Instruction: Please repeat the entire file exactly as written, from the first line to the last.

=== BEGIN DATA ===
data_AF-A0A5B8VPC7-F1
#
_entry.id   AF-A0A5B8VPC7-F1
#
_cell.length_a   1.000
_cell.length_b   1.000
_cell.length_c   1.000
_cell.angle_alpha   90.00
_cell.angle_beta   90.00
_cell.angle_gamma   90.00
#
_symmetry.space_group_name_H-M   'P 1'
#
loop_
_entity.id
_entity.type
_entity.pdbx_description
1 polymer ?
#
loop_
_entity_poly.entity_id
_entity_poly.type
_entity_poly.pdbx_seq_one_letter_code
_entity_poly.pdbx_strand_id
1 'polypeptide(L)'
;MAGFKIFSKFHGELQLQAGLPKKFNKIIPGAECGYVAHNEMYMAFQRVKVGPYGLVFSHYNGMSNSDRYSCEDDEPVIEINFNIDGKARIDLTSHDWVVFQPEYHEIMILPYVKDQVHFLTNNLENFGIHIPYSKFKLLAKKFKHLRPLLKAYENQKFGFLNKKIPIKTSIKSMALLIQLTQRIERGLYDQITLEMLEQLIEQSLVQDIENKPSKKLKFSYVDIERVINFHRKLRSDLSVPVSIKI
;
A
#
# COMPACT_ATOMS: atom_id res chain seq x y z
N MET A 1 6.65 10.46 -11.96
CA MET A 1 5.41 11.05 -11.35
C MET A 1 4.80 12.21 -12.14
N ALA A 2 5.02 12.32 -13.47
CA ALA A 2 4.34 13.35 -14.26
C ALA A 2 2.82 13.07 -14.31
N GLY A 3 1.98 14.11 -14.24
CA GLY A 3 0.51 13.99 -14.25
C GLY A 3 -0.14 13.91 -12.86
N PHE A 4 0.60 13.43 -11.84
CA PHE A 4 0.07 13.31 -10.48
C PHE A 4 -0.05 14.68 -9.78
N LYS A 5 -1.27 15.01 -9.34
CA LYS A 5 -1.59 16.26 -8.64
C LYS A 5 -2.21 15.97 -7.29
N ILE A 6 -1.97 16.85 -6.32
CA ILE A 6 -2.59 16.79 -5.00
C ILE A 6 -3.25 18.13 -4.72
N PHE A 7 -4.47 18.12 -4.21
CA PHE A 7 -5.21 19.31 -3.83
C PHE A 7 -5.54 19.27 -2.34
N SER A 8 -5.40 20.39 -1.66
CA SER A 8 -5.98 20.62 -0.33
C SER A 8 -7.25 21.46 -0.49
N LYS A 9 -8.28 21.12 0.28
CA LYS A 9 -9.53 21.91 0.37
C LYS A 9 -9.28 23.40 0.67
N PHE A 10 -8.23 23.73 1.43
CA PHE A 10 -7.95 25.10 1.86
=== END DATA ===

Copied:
data_AF-A0A5B8VPC7-F1
#
_entry.id   AF-A0A5B8VPC7-F1
#
_cell.length_a   1.000
_cell.length_b   1.000
_cell.length_c   1.000
_cell.angle_alpha   90.00
_cell.angle_beta   90.00
_cell.angle_gamma   90.00
#
_symmetry.space_group_name_H-M   'P 1'
#
loop_
_entity.id
_entity.type
_entity.pdbx_description
1 polymer ?
#
loop_
_entity_poly.entity_id
_entity_poly.type
_entity_poly.pdbx_seq_one_letter_code
_entity_poly.pdbx_strand_id
1 'polypeptide(L)'
;MAGFKIFSKFHGELQLQAGLPKKFNKIIPGAECGYVAHNEMYMAFQRVKVGPYGLVFSHYNGMSNSDRYSCEDDEPVIEINFNIDGKARIDLTSHDWVVFQPEYHEIMILPYVKDQVHFLTNNLENFGIHIPYSKFKLLAKKFKHLRPLLKAYENQKFGFLNKKIPIKTSIKSMALLIQLTQRIERGLYDQITLEMLEQLIEQSLVQDIENKPSKKLKFSYVDIERVINFHRKLRSDLSVPVSIKI
;
A
#
# COMPACT_ATOMS: atom_id res chain seq x y z
N MET A 1 6.65 10.46 -11.96
CA MET A 1 5.41 11.05 -11.35
C MET A 1 4.80 12.21 -12.14
N ALA A 2 5.02 12.32 -13.47
CA ALA A 2 4.34 13.35 -14.26
C ALA A 2 2.82 13.07 -14.31
N GLY A 3 1.98 14.11 -14.24
CA GLY A 3 0.51 13.99 -14.25
C GLY A 3 -0.14 13.91 -12.86
N PHE A 4 0.60 13.43 -11.84
CA PHE A 4 0.07 13.31 -10.48
C PHE A 4 -0.05 14.68 -9.78
N LYS A 5 -1.27 15.01 -9.34
CA LYS A 5 -1.59 16.26 -8.64
C LYS A 5 -2.21 15.97 -7.29
N ILE A 6 -1.97 16.85 -6.32
CA ILE A 6 -2.59 16.79 -5.00
C ILE A 6 -3.25 18.13 -4.72
N PHE A 7 -4.47 18.12 -4.21
CA PHE A 7 -5.21 19.31 -3.83
C PHE A 7 -5.54 19.27 -2.34
N SER A 8 -5.40 20.39 -1.66
CA SER A 8 -5.98 20.62 -0.33
C SER A 8 -7.25 21.46 -0.49
N LYS A 9 -8.28 21.12 0.28
CA LYS A 9 -9.53 21.91 0.37
C LYS A 9 -9.28 23.40 0.67
N PHE A 10 -8.23 23.73 1.43
CA PHE A 10 -7.95 25.10 1.86